I’ve been meaning to submit this to the Proofs Without Words column ever since I discovered it way back when I was learning calculus. At the time, I wasn’t very impressed by showing that the harmonic series diverged using integral approximations for some reason. I wish I could remember why — it would probably make me a better calculus teacher. This is what I came up with to show the divergence more directly(?):

I’ll leave the interpretation as a puzzle to the reader.

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July 12, 2007 at 10:50 pm |

Wow, that’s really nice. After I figured it out, I was inspired to make another picture.

There’s two other cute proofs that I know of, although neither comes with a picture. The first is:

The above proof is essentially a discrete version of the integral test. In particular, the nth partial sum is roughly the base-two logarithm of n. There’s some sense in which the integral test actually is the right way to prove that the harmonic series diverges — for example, the partial sums of the harmonic series are a bounded distance from ln(n).

Here’s the other proof, which is more similar in spirit to yours:

July 13, 2007 at 4:44 pm |

After I figured out the picture it’s a very sweet proof. I’m teaching

a summer session course on single variable calculus and will use it

to prove the divergence of the harmonic series. The latter proof in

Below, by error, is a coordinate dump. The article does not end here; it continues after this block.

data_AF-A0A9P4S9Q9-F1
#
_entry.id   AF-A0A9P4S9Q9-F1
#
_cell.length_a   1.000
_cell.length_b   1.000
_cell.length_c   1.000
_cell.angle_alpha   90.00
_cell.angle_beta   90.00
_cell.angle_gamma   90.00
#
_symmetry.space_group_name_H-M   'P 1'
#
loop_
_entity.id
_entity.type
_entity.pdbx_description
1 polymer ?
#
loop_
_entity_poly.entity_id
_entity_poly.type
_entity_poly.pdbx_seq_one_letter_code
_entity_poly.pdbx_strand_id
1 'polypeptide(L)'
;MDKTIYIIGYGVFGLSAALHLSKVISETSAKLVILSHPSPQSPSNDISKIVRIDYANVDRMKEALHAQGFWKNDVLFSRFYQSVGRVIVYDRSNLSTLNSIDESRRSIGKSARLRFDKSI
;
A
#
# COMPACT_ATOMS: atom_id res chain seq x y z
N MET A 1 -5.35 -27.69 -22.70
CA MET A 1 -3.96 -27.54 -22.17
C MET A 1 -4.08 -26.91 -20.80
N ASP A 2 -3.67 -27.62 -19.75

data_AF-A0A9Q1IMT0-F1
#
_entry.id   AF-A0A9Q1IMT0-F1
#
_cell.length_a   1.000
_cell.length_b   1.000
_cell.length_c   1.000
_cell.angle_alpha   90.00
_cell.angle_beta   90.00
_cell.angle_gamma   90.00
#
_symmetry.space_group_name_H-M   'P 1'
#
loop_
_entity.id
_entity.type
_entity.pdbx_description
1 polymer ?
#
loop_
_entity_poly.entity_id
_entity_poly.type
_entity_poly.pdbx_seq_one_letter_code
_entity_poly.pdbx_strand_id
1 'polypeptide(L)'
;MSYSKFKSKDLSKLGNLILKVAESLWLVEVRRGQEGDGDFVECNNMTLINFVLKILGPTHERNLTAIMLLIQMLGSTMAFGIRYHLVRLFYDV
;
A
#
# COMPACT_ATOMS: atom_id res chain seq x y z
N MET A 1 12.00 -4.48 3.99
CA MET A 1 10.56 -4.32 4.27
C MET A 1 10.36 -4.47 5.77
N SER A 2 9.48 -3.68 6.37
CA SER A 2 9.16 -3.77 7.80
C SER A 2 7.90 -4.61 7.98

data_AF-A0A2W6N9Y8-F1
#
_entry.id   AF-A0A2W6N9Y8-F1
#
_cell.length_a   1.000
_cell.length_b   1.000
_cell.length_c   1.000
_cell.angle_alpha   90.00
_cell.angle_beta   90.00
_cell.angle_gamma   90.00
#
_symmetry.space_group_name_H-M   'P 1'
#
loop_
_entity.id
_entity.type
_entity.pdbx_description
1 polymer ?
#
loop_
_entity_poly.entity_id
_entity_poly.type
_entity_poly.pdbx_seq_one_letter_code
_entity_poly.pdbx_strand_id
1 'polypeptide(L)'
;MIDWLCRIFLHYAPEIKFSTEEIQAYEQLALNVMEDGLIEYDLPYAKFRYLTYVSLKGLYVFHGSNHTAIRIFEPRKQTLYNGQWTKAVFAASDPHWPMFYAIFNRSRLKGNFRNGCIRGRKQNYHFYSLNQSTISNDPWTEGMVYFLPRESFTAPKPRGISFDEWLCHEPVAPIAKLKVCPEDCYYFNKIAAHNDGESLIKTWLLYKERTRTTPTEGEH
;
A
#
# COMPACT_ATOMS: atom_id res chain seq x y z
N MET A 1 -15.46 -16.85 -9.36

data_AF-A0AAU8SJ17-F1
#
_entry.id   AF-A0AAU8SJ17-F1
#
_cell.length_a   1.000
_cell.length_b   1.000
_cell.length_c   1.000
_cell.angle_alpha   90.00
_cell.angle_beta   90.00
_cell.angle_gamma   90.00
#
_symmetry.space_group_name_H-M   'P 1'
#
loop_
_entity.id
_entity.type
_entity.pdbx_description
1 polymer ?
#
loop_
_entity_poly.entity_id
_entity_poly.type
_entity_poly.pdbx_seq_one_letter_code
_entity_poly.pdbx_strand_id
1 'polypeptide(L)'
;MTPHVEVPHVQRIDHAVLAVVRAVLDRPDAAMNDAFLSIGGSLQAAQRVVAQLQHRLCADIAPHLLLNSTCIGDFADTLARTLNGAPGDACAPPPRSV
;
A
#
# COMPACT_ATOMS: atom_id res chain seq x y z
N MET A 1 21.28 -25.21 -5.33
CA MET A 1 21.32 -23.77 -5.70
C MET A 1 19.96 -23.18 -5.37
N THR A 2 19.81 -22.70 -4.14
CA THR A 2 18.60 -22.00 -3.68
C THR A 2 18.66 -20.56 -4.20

Jim Belk’s comment is also new to me.

July 15, 2007 at 9:47 am |

The picture illustrates the methods by which medieval thinkers such as

Nicole Oresme (ca. 1323 – 1382) and Robert Suiseth (Swineshead) (fl. ca. 1350) summed or verified divergence of what we would now call infinite series. The usual calculus textbook proof, the first one mentioned by Jim Belk, is due to Oresme, although it was lost and rediscovered many times. Some variant of the picture is likely how Oresme came up with the argument.

A nice collection of proofs of the divergence of the harmonic series can be found here:

July 18, 2007 at 7:46 am |

A very nice proof indeed!

July 22, 2007 at 10:11 am |

Could anyone really produce a rigorous proof from this picture?

July 22, 2007 at 10:55 am |

student, sure you can. Just write down both series of areas of rectangles and it jumps out at you.

August 4, 2007 at 4:38 pm |

I love it!

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